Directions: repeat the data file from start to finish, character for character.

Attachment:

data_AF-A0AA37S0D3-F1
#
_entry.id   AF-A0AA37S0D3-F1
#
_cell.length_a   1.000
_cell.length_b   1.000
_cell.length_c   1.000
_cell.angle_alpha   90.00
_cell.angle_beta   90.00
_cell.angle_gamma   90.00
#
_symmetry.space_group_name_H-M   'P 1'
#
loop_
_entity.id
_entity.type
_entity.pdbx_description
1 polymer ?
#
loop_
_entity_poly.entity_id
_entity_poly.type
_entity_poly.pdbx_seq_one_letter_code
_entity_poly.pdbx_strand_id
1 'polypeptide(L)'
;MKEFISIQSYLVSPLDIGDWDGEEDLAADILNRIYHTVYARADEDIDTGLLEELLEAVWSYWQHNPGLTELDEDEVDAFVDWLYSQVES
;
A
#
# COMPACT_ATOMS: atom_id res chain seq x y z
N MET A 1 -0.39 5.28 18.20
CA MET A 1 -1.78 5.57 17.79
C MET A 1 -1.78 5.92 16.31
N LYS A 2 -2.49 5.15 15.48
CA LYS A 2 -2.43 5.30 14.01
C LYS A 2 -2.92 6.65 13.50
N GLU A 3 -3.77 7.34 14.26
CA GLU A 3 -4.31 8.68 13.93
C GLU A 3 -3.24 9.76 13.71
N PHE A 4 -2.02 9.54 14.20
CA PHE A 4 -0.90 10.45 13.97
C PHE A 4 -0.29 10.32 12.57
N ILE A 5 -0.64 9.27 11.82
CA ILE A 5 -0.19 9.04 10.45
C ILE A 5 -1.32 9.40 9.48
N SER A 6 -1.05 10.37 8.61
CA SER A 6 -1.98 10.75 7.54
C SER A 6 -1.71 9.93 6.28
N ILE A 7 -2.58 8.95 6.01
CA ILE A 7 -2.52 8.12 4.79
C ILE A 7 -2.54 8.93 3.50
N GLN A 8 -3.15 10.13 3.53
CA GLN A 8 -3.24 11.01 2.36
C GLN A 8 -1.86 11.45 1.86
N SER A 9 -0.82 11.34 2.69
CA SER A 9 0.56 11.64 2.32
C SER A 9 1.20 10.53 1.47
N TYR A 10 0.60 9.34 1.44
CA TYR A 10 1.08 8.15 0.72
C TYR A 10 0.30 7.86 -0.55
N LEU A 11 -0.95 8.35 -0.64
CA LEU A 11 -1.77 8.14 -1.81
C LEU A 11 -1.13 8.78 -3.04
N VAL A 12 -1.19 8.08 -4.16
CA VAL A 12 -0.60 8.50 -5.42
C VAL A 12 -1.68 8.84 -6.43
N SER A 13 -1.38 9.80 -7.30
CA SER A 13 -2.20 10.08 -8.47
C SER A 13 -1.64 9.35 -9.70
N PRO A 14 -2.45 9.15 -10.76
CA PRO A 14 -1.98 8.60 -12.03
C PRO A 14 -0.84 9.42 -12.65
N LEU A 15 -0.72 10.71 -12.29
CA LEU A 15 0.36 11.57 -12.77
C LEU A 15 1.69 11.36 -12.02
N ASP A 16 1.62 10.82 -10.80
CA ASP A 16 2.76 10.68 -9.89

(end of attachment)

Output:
data_AF-A0AA37S0D3-F1
#
_entry.id   AF-A0AA37S0D3-F1
#
_cell.length_a   1.000
_cell.length_b   1.000
_cell.length_c   1.000
_cell.angle_alpha   90.00
_cell.angle_beta   90.00
_cell.angle_gamma   90.00
#
_symmetry.space_group_name_H-M   'P 1'
#
loop_
_entity.id
_entity.type
_entity.pdbx_description
1 polymer ?
#
loop_
_entity_poly.entity_id
_entity_poly.type
_entity_poly.pdbx_seq_one_letter_code
_entity_poly.pdbx_strand_id
1 'polypeptide(L)'
;MKEFISIQSYLVSPLDIGDWDGEEDLAADILNRIYHTVYARADEDIDTGLLEELLEAVWSYWQHNPGLTELDEDEVDAFVDWLYSQVES
;
A
#
# COMPACT_ATOMS: atom_id res chain seq x y z
N MET A 1 -0.39 5.28 18.20
CA MET A 1 -1.78 5.57 17.79
C MET A 1 -1.78 5.92 16.31
N LYS A 2 -2.49 5.15 15.48
CA LYS A 2 -2.43 5.30 14.01
C LYS A 2 -2.92 6.65 13.50
N GLU A 3 -3.77 7.34 14.26
CA GLU A 3 -4.31 8.68 13.93
C GLU A 3 -3.24 9.76 13.71
N PHE A 4 -2.02 9.54 14.20
CA PHE A 4 -0.90 10.45 13.97
C PHE A 4 -0.29 10.32 12.57
N ILE A 5 -0.64 9.27 11.82
CA ILE A 5 -0.19 9.04 10.45
C ILE A 5 -1.32 9.40 9.48
N SER A 6 -1.05 10.37 8.61
CA SER A 6 -1.98 10.75 7.54
C SER A 6 -1.71 9.93 6.28
N ILE A 7 -2.58 8.95 6.01
CA ILE A 7 -2.52 8.12 4.79
C ILE A 7 -2.54 8.93 3.50
N GLN A 8 -3.15 10.13 3.53
CA GLN A 8 -3.24 11.01 2.36
C GLN A 8 -1.86 11.45 1.86
N SER A 9 -0.82 11.34 2.69
CA SER A 9 0.56 11.64 2.32
C SER A 9 1.20 10.53 1.47
N TYR A 10 0.60 9.34 1.44
CA TYR A 10 1.08 8.15 0.72
C TYR A 10 0.30 7.86 -0.55
N LEU A 11 -0.95 8.35 -0.64
CA LEU A 11 -1.77 8.14 -1.81
C LEU A 11 -1.13 8.78 -3.04
N VAL A 12 -1.19 8.08 -4.16
CA VAL A 12 -0.60 8.50 -5.42
C VAL A 12 -1.68 8.84 -6.43
N SER A 13 -1.38 9.80 -7.30
CA SER A 13 -2.20 10.08 -8.47
C SER A 13 -1.64 9.35 -9.70
N PRO A 14 -2.45 9.15 -10.76
CA PRO A 14 -1.98 8.60 -12.03
C PRO A 14 -0.84 9.42 -12.65
N LEU A 15 -0.72 10.71 -12.29
CA LEU A 15 0.36 11.57 -12.77
C LEU A 15 1.69 11.36 -12.02
N ASP A 16 1.62 10.82 -10.80
CA ASP A 16 2.76 10.68 -9.89